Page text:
Videodrome: Haywire

Haywire will be released on DVD and Blu-ray on May 1st. 

What made you want to make this?

It really was because of [Gina]. If she had said no, then I wouldn’t have thought, “oh, well I still want to go and do this.” She was the reason to do the movie for me.

– Steven Soderbergh interview, Cinemablend.com

It’s not often that people would think of Steven Soderbergh as a whimsical director. With a few glaring exceptions (Out of Sight, Oceans), his work is usually serious in tone. But in his approach to choosing projects, he seems as playful as a child. He directed The Good German just to see if he could make something like Casablanca in the modern cinema and he made Bubble largely to experiment with digital filmmaking. Directing a movie just for the chance to make an unorthodox casting choice is nothing new to Soderbergh; he made The Girlfriend Experience just so he could work with Sasha Grey, a fairly notorious porn star. The idea of a porn star playing a high-paid escort isn’t that much of a stretch from a neo-realist perspective, and so it makes perfect sense to put retired MMA fighter Gina Carano in a spy thriller that requires her to show off mad fighting skillz at every other turn.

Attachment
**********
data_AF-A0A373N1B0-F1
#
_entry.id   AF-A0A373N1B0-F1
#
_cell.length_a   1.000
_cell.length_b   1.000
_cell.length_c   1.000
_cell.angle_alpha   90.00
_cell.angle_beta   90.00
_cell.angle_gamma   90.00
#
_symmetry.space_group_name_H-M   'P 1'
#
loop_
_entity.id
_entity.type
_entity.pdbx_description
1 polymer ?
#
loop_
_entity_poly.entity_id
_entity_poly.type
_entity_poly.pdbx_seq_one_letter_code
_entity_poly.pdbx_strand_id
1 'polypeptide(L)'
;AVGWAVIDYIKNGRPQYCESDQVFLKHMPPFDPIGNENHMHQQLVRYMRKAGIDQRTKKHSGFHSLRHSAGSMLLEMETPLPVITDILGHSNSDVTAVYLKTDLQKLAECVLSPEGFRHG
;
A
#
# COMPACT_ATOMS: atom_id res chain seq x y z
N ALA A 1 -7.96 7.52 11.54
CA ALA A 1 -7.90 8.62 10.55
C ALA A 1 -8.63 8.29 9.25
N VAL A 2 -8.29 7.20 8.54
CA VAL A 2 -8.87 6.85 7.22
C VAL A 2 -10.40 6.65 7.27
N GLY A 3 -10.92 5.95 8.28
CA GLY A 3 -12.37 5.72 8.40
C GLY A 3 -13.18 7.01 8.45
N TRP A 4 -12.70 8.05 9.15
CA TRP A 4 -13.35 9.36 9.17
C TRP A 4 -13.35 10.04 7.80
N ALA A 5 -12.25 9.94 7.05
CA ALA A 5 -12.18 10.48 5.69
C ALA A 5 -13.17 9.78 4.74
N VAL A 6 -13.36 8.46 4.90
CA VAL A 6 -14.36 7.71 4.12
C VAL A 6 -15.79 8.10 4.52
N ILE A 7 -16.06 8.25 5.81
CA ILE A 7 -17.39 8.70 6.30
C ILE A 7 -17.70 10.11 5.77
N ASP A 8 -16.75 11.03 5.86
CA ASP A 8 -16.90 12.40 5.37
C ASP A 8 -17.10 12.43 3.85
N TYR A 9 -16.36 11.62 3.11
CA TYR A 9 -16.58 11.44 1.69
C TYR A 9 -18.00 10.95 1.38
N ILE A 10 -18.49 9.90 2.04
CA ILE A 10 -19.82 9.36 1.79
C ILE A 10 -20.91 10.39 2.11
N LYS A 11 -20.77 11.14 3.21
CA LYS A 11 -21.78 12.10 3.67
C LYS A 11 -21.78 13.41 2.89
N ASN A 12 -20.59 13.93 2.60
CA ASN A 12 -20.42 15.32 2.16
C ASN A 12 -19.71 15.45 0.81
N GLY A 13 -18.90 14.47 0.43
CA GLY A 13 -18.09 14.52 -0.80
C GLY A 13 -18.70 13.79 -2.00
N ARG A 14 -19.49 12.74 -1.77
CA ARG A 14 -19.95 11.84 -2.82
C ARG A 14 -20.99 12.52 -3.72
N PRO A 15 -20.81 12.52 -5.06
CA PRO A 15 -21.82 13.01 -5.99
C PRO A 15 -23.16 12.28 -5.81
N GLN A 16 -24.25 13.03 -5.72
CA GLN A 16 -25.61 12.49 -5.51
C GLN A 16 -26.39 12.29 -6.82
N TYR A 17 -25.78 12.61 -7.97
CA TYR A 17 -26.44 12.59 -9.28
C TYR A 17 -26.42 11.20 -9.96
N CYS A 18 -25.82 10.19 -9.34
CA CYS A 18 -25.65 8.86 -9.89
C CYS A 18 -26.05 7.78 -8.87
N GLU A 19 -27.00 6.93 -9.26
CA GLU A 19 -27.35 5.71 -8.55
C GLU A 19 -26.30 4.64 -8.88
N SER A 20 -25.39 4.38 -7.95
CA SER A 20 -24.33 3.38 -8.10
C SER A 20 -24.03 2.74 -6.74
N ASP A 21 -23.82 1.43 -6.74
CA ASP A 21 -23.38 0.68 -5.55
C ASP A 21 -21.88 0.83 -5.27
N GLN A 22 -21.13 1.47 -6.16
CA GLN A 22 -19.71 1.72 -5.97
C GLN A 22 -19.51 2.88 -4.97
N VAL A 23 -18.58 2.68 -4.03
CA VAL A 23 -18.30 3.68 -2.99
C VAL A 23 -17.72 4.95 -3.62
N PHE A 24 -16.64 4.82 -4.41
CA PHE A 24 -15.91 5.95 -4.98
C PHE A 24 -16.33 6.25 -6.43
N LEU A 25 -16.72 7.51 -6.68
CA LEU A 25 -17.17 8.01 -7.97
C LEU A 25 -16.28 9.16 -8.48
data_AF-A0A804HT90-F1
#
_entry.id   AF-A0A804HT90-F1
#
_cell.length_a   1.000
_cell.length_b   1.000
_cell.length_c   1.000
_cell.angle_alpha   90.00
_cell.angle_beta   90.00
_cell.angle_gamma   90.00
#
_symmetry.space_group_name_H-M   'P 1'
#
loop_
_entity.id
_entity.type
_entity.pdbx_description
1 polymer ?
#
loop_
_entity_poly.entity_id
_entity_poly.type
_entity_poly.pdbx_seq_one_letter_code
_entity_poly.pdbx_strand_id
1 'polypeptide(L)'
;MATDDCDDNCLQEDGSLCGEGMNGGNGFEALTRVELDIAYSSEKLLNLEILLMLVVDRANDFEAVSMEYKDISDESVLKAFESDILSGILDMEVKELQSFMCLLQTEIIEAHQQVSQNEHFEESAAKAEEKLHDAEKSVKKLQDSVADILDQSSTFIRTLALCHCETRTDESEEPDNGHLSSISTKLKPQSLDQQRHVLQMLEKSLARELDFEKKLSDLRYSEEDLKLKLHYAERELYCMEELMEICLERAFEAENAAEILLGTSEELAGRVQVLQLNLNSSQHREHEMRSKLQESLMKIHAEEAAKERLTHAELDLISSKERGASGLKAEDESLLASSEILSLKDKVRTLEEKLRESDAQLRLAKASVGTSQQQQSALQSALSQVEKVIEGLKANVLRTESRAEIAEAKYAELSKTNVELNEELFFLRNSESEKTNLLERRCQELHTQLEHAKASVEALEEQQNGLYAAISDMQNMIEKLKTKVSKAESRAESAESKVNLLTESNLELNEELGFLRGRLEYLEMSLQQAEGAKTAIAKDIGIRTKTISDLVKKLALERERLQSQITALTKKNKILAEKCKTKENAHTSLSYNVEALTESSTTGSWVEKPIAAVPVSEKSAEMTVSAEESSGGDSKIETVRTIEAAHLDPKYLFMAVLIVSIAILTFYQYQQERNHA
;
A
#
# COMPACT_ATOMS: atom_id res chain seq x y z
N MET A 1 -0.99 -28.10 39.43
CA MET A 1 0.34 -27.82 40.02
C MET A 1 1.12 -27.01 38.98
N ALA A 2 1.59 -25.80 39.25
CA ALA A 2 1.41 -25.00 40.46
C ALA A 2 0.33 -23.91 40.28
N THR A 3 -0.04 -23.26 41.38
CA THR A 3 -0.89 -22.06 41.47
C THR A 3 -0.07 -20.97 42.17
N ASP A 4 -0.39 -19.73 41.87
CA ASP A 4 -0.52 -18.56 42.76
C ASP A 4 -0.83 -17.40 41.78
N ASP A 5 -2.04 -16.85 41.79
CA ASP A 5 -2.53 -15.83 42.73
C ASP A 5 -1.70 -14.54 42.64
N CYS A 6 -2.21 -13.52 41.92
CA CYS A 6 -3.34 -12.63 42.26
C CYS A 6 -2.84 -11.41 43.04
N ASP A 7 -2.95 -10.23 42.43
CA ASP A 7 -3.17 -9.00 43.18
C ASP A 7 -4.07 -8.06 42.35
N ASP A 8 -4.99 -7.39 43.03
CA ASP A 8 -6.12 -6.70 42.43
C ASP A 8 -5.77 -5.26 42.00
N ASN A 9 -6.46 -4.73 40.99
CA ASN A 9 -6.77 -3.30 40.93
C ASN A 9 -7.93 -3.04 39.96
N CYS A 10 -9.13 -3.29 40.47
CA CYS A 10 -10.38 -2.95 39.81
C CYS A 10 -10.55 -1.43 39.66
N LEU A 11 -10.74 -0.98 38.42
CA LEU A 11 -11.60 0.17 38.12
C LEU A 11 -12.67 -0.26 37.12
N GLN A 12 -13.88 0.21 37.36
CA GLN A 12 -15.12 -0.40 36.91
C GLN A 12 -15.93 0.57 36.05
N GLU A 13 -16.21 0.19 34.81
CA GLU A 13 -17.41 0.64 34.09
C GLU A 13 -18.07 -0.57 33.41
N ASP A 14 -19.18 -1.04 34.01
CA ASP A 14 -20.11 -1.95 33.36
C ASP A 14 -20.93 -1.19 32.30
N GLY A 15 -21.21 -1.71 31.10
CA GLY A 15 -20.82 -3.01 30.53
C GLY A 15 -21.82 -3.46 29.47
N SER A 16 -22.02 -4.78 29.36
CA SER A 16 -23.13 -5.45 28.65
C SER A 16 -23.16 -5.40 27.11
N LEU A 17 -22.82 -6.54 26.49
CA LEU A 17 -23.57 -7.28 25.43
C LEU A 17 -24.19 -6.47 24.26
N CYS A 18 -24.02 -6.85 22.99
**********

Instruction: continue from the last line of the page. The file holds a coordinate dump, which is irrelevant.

But there’s more to the role of Mallory Kane than just a few well placed kicks and punches.

Carano, by dint of being a non-actor, can’t really, uh…act. She’s wooden whenever she tries to convey emotion and her line deliveries are stunted. She tries to have attitude, but it’s the type of prefabricated toughness that we might see at an MMA fight or in an action movie with Tom Cruise, but without the panache. Usually this type of thing can just rip you right out of a movie. But as Haywire progressed, it became apparent that maybe Mallory’s woodenness is both a product of Carano’s inability to act and the character’s lack of social adjustment. After all, Mallory is a “black ops super soldier” who lives a rogue life, globe-trotting on dangerous missions for a private sector that can pay her well, but isn’t always able to protect her the way a government agency could. She’s required to do some acting on her assignments and even there she’s not very convincing. We get the sense that Mallory’s is an isolated mind; not bothered by the petty concerns of average human beings, and so when she has to act like she’s in love with someone or interested in anything other than her mission, she comes across as someone playing a part, which she’s doing.